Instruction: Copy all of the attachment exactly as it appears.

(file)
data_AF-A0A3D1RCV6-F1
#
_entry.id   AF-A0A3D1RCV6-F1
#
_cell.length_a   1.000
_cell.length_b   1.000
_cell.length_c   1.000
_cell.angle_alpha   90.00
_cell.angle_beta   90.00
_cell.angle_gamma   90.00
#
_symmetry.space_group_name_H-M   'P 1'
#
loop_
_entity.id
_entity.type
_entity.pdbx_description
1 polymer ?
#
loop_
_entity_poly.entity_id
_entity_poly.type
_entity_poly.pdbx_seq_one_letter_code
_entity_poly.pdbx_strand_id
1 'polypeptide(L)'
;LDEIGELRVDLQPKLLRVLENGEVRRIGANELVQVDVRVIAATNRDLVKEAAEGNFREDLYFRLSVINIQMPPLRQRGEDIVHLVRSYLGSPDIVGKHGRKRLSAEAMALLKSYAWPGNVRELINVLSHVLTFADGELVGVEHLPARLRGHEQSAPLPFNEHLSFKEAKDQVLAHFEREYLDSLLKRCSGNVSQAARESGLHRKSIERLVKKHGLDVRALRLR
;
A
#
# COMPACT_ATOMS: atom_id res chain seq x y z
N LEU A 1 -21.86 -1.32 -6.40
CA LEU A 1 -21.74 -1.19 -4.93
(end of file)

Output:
data_AF-A0A3D1RCV6-F1
#
_entry.id   AF-A0A3D1RCV6-F1
#
_cell.length_a   1.000
_cell.length_b   1.000
_cell.length_c   1.000
_cell.angle_alpha   90.00
_cell.angle_beta   90.00
_cell.angle_gamma   90.00
#
_symmetry.space_group_name_H-M   'P 1'
#
loop_
_entity.id
_entity.type
_entity.pdbx_description
1 polymer ?
#
loop_
_entity_poly.entity_id
_entity_poly.type
_entity_poly.pdbx_seq_one_letter_code
_entity_poly.pdbx_strand_id
1 'polypeptide(L)'
;LDEIGELRVDLQPKLLRVLENGEVRRIGANELVQVDVRVIAATNRDLVKEAAEGNFREDLYFRLSVINIQMPPLRQRGEDIVHLVRSYLGSPDIVGKHGRKRLSAEAMALLKSYAWPGNVRELINVLSHVLTFADGELVGVEHLPARLRGHEQSAPLPFNEHLSFKEAKDQVLAHFEREYLDSLLKRCSGNVSQAARESGLHRKSIERLVKKHGLDVRALRLR
;
A
#
# COMPACT_ATOMS: atom_id res chain seq x y z
N LEU A 1 -21.86 -1.32 -6.40
CA LEU A 1 -21.74 -1.19 -4.93